PennDOT Uses New Warning System To Increase Work Zone Safety

interstate80
CLARION, PA. (EYT) – In response to ever-changing traffic conditions, PennDOT June 25 began implementing a new high-tech traffic control system in the work zone between mile markers 55 and 62 along Interstate 80 in Clarion County.

A motorist driving along Interstate 80 toward the work zone can now know several miles out if traffic is slowed or stopped, giving them more time to adjust and increasing safety for travelers and work zone employees alike.

This is made possible thanks to the Automated Queue Warning (AQW) system, which tracks the average traffic speed at various points, then uses that information to change the messages on portable roadside LED signs.

PennDOT engineer Bob Pento said the department decided to use the AQW system after traffic issues around the Interstate 80 project were worse than anticipated.

“Creating traffic models is not an exact science, and we’re often not sure what to expect,” Pento said. “This is just another tool in our toolbox to help address traffic issues.”

The AQW system, designed by Beth’s Barricades of Gibsonia, also relays traffic speed information in real time to PennDOT officials and work zone crews so they’re aware of the situation.

In other words, when a long line of traffic – or a traffic queue – is building up, they’ll already know about it and work to make adjustments.

“We were seeing more long queues with this I-80 project than we expected,” Pento said. “We can now be more adaptive to the conditions.”

The information from traffic speed sensors in the AQW system sends information to PennDOT officials, which is displayed on their computers. When traffic slows or is stopped, LED signs will display messages like those near the top, indicating about how far away the traffic delay exists. When traffic is flowing faster, PennDOT officials can still see its average speed, indicated in the green bars below the signs.

The information from traffic speed sensors in the AQW system sends information to PennDOT officials, which is displayed on their computers. When traffic slows or is stopped, LED signs will display messages like those near the top, indicating about how far away the traffic delay exists. When traffic is flowing faster, PennDOT officials can still see its average speed, indicated in the green bars below the signs.

 
 

The system sends out a signal of slow traffic if the average traffic speed on Interstate 80 is less than 45 miles per hour, and it will consider traffic to be stopped if the average speed is under 15 miles per hour.

Ryan Miller of Beth’s Barricades said the system is already in place in eight different locations, and it has been incredibly successful at increasing the safety of motorists and work zone employees.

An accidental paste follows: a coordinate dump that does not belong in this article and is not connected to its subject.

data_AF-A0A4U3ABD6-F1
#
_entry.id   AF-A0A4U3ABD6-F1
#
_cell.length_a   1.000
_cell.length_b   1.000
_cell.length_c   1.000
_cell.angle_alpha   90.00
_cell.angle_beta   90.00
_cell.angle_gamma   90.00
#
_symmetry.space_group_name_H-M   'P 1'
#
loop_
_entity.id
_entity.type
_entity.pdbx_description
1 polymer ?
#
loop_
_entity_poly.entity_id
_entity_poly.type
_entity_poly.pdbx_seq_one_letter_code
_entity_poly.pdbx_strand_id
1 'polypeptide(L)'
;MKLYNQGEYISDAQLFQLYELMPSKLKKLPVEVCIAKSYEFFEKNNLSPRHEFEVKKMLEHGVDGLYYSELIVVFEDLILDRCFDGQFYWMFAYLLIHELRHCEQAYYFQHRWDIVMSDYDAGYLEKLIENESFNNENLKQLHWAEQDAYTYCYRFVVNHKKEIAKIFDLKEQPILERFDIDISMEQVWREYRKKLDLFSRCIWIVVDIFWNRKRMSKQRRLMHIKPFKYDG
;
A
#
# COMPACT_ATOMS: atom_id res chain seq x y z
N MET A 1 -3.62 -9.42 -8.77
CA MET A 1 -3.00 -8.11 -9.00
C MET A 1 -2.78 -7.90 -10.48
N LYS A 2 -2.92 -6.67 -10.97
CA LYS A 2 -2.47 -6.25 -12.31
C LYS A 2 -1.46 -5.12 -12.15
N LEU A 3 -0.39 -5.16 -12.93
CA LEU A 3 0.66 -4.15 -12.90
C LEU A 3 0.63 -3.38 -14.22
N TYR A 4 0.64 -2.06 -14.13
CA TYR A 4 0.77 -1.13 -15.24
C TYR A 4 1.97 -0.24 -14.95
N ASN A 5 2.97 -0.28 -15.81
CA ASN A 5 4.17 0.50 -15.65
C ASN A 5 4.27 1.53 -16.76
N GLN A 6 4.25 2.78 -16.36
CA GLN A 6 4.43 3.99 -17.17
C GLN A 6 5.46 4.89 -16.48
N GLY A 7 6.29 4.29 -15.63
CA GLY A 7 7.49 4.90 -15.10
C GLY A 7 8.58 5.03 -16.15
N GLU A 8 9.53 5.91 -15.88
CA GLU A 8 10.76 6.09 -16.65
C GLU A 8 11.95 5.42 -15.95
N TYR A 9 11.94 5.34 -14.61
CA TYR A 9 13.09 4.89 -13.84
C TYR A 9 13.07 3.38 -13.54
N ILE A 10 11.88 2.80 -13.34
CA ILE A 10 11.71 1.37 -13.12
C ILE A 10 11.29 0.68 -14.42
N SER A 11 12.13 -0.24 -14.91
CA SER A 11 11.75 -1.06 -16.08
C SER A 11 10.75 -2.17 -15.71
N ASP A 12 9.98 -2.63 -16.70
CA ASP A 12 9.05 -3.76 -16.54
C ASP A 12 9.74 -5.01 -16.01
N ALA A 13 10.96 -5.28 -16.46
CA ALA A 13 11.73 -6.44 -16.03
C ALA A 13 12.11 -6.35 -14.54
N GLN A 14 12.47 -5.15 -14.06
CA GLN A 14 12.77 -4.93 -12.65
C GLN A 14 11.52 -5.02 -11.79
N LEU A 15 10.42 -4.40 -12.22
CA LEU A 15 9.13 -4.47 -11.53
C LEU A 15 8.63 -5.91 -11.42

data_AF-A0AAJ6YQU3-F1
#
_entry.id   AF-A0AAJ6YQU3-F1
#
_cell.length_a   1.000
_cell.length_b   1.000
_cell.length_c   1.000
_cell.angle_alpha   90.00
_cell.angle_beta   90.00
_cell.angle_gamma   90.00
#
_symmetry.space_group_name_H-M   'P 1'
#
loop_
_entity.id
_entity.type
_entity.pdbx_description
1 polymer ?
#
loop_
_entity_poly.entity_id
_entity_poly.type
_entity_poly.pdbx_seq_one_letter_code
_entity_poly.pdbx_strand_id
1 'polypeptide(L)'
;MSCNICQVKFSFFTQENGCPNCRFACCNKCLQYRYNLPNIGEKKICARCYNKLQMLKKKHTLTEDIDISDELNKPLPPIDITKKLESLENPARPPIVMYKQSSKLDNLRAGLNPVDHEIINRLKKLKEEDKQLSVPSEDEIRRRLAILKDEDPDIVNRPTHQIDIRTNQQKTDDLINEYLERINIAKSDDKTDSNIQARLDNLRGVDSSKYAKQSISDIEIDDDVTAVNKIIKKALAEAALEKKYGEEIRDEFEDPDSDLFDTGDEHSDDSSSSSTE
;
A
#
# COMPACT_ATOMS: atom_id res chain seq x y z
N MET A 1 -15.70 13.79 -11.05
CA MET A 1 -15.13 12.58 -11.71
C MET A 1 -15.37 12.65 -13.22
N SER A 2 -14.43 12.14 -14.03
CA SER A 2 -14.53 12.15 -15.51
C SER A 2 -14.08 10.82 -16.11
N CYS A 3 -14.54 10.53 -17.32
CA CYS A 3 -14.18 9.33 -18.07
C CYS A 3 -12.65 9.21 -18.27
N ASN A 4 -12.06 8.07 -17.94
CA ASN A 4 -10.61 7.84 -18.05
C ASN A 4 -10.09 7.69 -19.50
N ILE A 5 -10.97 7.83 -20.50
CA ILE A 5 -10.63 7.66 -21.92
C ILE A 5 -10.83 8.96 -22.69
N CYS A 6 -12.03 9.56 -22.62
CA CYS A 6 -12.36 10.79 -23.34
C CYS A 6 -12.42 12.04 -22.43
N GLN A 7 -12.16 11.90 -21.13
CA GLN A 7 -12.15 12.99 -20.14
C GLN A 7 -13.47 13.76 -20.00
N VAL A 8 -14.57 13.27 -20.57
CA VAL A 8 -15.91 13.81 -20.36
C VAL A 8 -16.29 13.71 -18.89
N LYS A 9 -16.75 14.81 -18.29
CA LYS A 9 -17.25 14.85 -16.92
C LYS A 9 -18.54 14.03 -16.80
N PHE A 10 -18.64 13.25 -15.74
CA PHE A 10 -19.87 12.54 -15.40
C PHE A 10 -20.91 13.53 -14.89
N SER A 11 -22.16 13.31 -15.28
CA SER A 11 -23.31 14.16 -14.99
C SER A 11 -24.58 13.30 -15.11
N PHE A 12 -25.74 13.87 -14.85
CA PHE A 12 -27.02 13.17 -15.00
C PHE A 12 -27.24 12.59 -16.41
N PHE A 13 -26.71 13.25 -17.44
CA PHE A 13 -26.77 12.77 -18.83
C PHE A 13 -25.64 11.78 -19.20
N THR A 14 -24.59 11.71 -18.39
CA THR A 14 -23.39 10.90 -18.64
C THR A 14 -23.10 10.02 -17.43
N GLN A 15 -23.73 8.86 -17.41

“We’d like to use this in conjunction with rumble strips to let people know what is coming, and we believe it can cut back on traffic accidents 75 percent,” Miller said. “We’ve done a similar system on a roadway in Texas and we’ve all but eliminated work zone accidents.”

While the AQW system can improve safety in a variety of ways, it particularly decreases rear-end collisions by helping drivers stay alert to changing traffic conditions.

According to the Federal Highway Administration, over 500 fatalities and 37,000 injuries occur in work zones nationwide each year, with more than 40 percent of fatal crashes being the result of a rear-end collision.

Safety Is The Goal

Implementing the AQW System is just the latest in a long line of PennDOT moves designed to keep travelers and work zone employees safe.

“We want to make safety a personal thing,” said PennDOT District 10 spokesperson Deborah Casadei. “We want you to get home safely, and we want to improve safety for our workers, too.”

As motorists have no doubt noticed, PennDOT has a number of projects in the works this summer. Traffic delays will happen, and safe driving measures should be taken.

“We encourage motorists to drive slowly and safely through any work zone,” said PennDOT Clarion County maintenance manager Bill Olinger. “There is a method behind all of our decisions, and it is to protect travelers and workers.”

Signs which feature universal color schemes and symbols help ensure all drivers understand road conditions.

“Some drivers do not know how to read English, and we’re aware of this,” Pento said. “So we make sure work zone signs are orange, the same as in other states. We also show symbols, for example when a road tapers from two lanes to one, we put up a sign showing that taper.”

Roadside and warning rumble strips also serve to alert drivers of the edge of roadways or changing conditions.


Copyright © 2021 EYT Media Group, Inc. All rights reserved. Any copying, redistribution or retransmission of the contents of this service without the express written consent of EYT Media Group, Inc. is expressly prohibited.

Comments are temporarily closed. A new and improved comments section will be added soon.